Molson Coors has two networks on Yammer, one for all employees worldwide and a sub-network for Canada called Club Molson Coors Canada that is also open to retirees.
“(Social media) also allows us to stay connected not only with all of our employees, no matter where they work, physically or in which department or team, but also allows us to keep our alumni connected as well,” says Charbonneau. “The fact that the organization includes former employees in this, gives them the option to join in, has been very well-received.”
Employee engagement has always been very high at the organization and people feel really connected to and passionate about the company, he says. Having been around for 126 years, the company has a strong legacy and it’s not uncommon to find up to four generations of the same family working there, he says.
The retirees can also act as solid brand ambassadors, by offering advice, so Yammer is a way for them to represent the brand.
“For them, it’s a huge part of their life and it’s definitely important for them to stay connected,” says Charbonneau. “They’re still very active in their circle of influence.”
Yammer Happy Hours also allow employees to connect with leadership. These are virtual town halls that involve senior staff answering questions from employees on a defined topic, such as quarterly results discussed with CFOs across Canada, the U.K., U.S. and Central Europe, or employee survey results with “chief people officers” in HR.
“It’s unfiltered and it allows every employee to share and collaborate with each other but also ask questions to senior leaders and get an answer without having to go through different layers of the organization,” he says. “We do definitely promote, encourage openness, transparency and two-way communications and, for us, social media does just that.”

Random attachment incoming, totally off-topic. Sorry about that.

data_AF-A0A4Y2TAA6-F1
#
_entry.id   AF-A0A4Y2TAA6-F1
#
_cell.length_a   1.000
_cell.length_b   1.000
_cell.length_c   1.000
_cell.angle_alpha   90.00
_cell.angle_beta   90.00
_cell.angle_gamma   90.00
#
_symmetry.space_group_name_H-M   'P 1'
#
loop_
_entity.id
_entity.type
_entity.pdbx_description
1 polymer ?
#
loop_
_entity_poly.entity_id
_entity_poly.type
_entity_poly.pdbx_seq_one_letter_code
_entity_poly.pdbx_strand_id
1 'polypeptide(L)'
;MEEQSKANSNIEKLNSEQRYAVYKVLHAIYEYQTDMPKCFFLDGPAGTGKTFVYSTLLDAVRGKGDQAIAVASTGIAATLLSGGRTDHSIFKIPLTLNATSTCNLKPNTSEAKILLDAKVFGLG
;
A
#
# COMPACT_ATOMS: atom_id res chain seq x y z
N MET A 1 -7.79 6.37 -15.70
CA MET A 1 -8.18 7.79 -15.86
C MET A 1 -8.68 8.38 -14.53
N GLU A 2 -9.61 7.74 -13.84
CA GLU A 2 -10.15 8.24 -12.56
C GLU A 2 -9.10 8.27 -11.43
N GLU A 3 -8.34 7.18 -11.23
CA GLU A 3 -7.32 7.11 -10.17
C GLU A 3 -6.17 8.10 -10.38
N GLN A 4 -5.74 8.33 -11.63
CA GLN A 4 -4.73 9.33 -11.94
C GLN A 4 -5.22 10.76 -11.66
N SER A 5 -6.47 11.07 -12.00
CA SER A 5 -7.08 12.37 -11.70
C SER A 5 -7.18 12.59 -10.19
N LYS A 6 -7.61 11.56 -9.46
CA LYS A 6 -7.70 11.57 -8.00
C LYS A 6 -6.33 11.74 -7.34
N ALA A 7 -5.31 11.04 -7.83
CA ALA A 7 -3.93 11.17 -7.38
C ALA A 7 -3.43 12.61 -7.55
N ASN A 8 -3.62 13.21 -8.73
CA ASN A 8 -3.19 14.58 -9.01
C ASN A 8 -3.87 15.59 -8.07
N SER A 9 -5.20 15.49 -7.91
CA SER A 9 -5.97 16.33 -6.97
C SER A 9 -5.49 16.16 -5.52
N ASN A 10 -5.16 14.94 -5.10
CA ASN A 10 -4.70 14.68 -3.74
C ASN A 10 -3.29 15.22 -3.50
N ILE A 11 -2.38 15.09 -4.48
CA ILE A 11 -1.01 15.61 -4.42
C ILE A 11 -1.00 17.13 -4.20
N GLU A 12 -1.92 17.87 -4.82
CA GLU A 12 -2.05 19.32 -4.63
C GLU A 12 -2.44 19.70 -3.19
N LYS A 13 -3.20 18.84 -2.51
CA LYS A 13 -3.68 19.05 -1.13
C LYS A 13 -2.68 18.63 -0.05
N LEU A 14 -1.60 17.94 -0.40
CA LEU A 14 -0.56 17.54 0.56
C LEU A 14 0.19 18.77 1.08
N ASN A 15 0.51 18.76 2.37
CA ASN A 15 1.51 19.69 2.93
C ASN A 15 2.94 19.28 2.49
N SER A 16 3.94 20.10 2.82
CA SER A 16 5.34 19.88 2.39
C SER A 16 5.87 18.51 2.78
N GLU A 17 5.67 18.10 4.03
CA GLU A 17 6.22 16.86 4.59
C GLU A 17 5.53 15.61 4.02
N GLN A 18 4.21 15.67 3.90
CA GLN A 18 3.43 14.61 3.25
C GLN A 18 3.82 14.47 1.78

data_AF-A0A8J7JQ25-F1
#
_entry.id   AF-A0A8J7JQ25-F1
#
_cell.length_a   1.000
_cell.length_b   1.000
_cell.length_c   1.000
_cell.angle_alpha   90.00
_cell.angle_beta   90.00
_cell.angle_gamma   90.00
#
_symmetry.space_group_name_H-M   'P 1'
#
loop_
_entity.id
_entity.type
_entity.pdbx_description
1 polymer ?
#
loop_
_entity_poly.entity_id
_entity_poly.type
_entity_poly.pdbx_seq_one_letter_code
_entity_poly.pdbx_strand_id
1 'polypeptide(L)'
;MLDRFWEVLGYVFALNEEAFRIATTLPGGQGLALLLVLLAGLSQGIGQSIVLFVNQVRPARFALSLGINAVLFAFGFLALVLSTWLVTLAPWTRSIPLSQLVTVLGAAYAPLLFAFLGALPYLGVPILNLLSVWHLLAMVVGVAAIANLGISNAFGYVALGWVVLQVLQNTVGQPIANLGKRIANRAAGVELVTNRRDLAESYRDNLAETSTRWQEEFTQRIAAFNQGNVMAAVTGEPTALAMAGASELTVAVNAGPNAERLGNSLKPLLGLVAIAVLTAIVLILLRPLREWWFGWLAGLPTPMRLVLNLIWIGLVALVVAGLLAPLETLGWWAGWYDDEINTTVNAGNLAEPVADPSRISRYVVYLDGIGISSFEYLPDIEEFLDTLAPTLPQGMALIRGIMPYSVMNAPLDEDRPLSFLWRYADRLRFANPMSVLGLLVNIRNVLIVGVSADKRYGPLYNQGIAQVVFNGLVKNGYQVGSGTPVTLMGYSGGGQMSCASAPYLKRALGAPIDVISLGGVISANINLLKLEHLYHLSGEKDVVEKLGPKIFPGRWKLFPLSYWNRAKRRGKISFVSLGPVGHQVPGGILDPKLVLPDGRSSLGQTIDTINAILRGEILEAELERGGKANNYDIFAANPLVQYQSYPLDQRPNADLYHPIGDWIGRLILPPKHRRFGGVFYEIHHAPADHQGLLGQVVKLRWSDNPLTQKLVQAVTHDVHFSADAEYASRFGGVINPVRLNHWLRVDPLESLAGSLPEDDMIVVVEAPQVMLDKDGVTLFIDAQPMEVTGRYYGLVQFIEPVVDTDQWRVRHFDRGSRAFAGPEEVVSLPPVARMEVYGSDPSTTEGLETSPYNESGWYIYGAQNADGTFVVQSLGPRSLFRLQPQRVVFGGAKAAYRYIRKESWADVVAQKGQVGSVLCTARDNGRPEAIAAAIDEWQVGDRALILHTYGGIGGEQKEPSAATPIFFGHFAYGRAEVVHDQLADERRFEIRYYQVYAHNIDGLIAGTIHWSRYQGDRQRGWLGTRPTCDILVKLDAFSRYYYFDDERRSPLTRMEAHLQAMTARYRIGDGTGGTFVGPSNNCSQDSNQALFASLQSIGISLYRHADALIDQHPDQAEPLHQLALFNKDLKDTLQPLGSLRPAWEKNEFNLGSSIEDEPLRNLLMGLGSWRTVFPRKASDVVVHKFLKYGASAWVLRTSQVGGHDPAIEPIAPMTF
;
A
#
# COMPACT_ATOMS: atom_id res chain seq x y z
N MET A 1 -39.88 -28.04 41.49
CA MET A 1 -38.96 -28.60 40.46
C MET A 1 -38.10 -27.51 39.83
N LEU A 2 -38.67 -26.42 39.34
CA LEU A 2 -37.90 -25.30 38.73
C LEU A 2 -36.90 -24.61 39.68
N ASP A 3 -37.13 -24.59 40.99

Yammer is also used to engage employees in other ways, such as the “Every Drop, Every Ripple” campaign that challenged people to learn about ways to reduce water consumption, both at home and at work. A survey tool helped employees calculate how much water they used and people could make pledges to conserve a certain amount of water in the coming year, which were shared on Facebook and Twitter.
The campaign also included a YouTube video showing Molson Coors employees saying “cheers” to water by passing a bottle of Coors Light to each other, around the globe. Employees are also featured on the site www.everydropeveryripple.com.
Employees have a say
The social media platform is kind of micro-blogging, says Charbonneau, as employees can write whatever they want and share it with others. There is no screening process before posts go up internally; however, the company is just finalizing global guidelines in place to train employees, such as salespeople or marketers, to mention their work on their own social media sites, such as Facebook or Twitter.
“We’re training them to make sure they understand what it implies for them to be talking about our business on public platforms but more (it’s about) guidelines and supporting them versus telling them what to do and not to do.”